NAMA's Fly-In Draws 275 To Washington; Participants Tell Vending Industry's Story

Posted On: 8/17/2016

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TAGS: NAMA Fly-In, vending industry advocacy, automatic retailing, office coffee service, micro market, micromarket, Eric Dell, Carla Balakgie, Felicia Billingslea, Jeffery Smith, Carla Balakgie, Scott Corley, Charlie Cook, Affordable Health Care Act of 2010, FDA calorie disclosure rule

WASHINGTON -- The second annual Fly-In legislative conference and grassroots outreach program organized by the National Automatic Merchandising Association attracted some 275 industry members to the nation's capital in mid-July. This year, participants were invited to bring younger family members with them, both as an educational experience and a demonstration of the family-centered nature of small business.

NAMA Fly-In, vending industry advocacy
UP THE HILL: Industry members from 45 states convened in Washington for the National Automatic Merchandising Association's 2016 Fly-In grassroots advocacy event. Here, they gather on the steps of the Capitol before forming state delegations to visit elected officials in the Senate and the House of Representatives and familiarize them with the business of vending, coffee service and micromarkets.

Welcoming Fly-In participants was NAMA senior vice-president of government affairs Eric Dell, who hailed the substantial increase in attendance over last year's approximately 200 registrants. "Last year's Fly-In was our first," he noted. "This year, 89% of the companies and 91% of the individuals returned." Operators comprised 45% of the total, Dell added; the number of states represented increased from 35 in 2015 to 41 this year.

"Why are we here? Because there are issues facing the vending industry that you are the best people to address," the NAMA executive explained. "As a lobbyist, I can talk all day; but elected officials want to hear from people in their districts. They want to talk to you."

Dell recalled that NAMA's current advocacy program dates back to 2010, when the association held its first public policy conference in Washington. The conferences have focused on federal agencies; the Fly-Ins focus on Congress.

He called Fly-In participants' attention to three items of particular concern to the industry at present. One, the Small Business Regulatory Flexibility Act, is the title of two companion bills, HR 527 and S 1536, introduced last year. The House passed HR 527; S 1536 is in committee.

The proposed measures would modernize the Regulatory Flexibility Act of 1980, which requires regulators to appropriately consider the effect of proposed rules on small businesses. NAMA observed that every agency interprets that requirement differently, and often can circumvent full compliance. HR 527 and S 1536 were written to rectify these problems.

Beyond support for pending legislation, Dell urged the citizen-advocates to communicate the industry's awareness of hot topics, including nutrition and sustainability, its initiatives designed to address them and its opposition to government restrictions that impose restrictions on vending or micromarket sale of products that are readily available through other channels. Dell advised to mention the vital role played by small businesses like vending, OCS and micromarket operations in bolstering local employment.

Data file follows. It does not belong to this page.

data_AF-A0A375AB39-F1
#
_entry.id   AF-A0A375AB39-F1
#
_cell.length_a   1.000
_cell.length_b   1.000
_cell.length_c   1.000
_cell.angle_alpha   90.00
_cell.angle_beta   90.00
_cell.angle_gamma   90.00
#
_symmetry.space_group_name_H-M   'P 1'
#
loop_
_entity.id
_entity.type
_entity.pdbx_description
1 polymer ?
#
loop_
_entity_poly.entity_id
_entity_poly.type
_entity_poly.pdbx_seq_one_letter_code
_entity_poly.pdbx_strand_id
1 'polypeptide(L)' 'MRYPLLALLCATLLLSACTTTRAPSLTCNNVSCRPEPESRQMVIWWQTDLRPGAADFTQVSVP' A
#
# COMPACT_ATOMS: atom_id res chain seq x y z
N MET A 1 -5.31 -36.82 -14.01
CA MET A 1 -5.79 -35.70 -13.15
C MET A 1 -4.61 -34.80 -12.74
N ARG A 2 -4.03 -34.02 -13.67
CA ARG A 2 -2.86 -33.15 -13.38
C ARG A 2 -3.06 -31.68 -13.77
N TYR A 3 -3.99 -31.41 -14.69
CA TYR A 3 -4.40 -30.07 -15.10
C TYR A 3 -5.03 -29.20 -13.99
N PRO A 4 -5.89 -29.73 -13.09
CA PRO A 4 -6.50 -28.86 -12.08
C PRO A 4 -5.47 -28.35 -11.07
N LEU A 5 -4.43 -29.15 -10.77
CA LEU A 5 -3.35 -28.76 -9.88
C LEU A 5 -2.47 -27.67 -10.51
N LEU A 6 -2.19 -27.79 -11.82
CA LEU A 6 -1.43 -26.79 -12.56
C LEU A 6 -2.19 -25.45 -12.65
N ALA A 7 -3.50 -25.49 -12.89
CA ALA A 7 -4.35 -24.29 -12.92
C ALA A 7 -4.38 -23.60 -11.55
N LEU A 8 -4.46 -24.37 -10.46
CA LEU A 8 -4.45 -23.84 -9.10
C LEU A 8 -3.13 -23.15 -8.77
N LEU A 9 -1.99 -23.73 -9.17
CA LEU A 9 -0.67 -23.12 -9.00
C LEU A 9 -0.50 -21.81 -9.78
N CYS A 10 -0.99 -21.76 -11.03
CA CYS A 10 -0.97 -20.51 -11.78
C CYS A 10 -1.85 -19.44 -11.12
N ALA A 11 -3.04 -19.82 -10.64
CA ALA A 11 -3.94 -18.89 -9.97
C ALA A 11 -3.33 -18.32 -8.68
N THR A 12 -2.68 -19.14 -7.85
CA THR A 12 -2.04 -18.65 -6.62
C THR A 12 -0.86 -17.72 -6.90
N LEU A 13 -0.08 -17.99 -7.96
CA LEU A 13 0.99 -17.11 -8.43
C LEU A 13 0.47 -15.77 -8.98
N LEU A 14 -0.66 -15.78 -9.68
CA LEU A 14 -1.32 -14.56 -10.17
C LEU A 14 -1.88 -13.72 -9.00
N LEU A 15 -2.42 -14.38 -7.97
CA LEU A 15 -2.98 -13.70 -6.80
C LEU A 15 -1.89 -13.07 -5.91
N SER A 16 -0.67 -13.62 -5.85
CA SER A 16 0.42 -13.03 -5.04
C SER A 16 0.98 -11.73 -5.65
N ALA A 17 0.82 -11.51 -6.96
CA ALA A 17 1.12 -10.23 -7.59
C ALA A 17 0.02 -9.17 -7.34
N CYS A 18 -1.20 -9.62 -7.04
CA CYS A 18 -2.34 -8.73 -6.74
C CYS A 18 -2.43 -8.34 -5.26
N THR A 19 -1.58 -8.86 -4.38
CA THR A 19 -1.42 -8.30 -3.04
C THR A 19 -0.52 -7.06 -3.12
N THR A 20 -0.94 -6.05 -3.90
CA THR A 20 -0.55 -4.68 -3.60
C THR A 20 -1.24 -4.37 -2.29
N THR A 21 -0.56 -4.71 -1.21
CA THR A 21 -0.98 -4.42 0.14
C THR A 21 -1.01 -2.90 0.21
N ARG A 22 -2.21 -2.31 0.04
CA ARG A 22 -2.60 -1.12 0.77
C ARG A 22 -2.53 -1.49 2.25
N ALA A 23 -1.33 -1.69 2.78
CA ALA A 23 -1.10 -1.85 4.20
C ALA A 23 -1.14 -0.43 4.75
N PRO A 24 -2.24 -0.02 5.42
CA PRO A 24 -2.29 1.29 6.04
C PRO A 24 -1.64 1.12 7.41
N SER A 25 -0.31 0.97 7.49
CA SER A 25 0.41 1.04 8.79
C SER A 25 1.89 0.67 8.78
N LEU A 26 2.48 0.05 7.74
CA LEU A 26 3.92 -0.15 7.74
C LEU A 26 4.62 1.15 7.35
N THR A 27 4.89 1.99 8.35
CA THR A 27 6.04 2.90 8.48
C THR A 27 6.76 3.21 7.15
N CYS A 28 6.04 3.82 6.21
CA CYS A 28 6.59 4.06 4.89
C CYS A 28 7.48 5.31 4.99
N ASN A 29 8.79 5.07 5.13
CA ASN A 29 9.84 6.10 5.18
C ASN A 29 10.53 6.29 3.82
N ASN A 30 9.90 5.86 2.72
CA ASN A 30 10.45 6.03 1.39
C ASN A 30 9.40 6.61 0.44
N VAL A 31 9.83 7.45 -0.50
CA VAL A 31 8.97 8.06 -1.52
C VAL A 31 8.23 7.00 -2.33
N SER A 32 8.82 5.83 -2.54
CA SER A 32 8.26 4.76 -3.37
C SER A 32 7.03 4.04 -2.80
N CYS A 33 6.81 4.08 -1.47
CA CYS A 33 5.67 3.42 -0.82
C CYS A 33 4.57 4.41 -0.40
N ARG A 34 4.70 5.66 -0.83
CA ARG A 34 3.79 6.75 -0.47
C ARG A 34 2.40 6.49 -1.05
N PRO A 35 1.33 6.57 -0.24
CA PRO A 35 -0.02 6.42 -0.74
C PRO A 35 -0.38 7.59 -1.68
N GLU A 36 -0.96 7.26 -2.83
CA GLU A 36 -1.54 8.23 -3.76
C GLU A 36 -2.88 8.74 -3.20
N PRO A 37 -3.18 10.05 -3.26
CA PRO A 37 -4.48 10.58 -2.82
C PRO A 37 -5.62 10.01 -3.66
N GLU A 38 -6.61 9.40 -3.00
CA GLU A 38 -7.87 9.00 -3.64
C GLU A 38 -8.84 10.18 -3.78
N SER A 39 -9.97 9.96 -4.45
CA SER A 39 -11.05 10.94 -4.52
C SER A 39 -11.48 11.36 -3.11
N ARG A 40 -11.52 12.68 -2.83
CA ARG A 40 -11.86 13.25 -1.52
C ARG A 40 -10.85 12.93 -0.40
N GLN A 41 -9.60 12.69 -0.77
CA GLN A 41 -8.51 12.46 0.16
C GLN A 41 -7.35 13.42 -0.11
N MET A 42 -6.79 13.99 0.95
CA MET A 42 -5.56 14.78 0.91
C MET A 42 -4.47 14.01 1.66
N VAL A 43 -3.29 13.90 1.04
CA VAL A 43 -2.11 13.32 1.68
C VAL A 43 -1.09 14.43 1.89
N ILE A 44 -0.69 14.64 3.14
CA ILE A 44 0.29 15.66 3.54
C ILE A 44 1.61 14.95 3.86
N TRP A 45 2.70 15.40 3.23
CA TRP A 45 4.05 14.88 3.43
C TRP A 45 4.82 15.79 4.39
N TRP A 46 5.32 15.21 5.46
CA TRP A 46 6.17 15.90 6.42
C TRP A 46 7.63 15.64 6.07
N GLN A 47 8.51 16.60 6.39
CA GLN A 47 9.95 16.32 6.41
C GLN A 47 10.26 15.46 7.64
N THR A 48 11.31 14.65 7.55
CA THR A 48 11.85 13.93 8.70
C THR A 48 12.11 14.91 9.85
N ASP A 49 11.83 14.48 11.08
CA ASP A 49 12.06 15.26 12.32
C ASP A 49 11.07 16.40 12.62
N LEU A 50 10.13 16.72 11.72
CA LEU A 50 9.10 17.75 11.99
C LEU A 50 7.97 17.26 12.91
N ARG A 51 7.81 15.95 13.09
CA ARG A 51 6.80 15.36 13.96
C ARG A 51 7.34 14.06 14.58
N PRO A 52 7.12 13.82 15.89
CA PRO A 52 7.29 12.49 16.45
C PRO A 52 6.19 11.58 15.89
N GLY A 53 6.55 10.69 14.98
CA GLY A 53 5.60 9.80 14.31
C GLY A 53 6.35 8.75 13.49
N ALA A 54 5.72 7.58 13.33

Key Personnel

He concluded by pointing out that the majority of the scheduled visits would be with senators and representatives' staff members, and emphasized that getting to know these people can be very valuable. "Staff members matter," he said. It is they who keep close track of day-to-day details, they usually are extremely well informed, and elected officials look to them for specifics when drafting legislation.

NAMA Fly-In, vending
PHOTOS: Fly-In officials, from left, are Eric Dell, Robin McKinnon, Felicia Billingslea, Jeffery Smith, Carla Balakgie, Scott Corley and Charlie Cook.

Updating Fly-In participants on the progress of putting calorie-disclosure rules into final form by the Dec. 1, 2016, deadline were Robin McKinnon and Felicia B. Billingslea of the Food and Drug Administration's Center for Food Safety and Applied Nutrition. And the regulation takes effect on that day. McKinnon, who is senior advisor, nutrition policy at the Center, observed that "calorie disclosure is important to consumers." The agency is drafting a guidance document for release in the near future, she said.

In view of the efforts by product suppliers and trade associations to add prominent calorie-disclosure information on the front of product packaging, and the need to coordinate the format of these labels with FDA's requirement for a legible type size, the agency has extended the deadline for compliance by operators whose machines are stocked with products bearing front-of-package calorie-content labels to July 26, 2018. [Editor' Note: the extension of compliance date was published by FDA in the Federal Register for Aug.1, 2016. | SEE STORY

McKinnon observed that cooperative effort is in everyone's best interest. "We want to continue our dialogue with you," she concluded.

Billingslea led off with a brief account of the calorie-labeling requirement, which appears in the Affordable Health Care Act of 2010. It applies to any operator of 20 or more vending machines -- including bulk venders -- dispensing foods that cannot be examined before purchase. The law assigned FDA the task of writing the appropriate rules.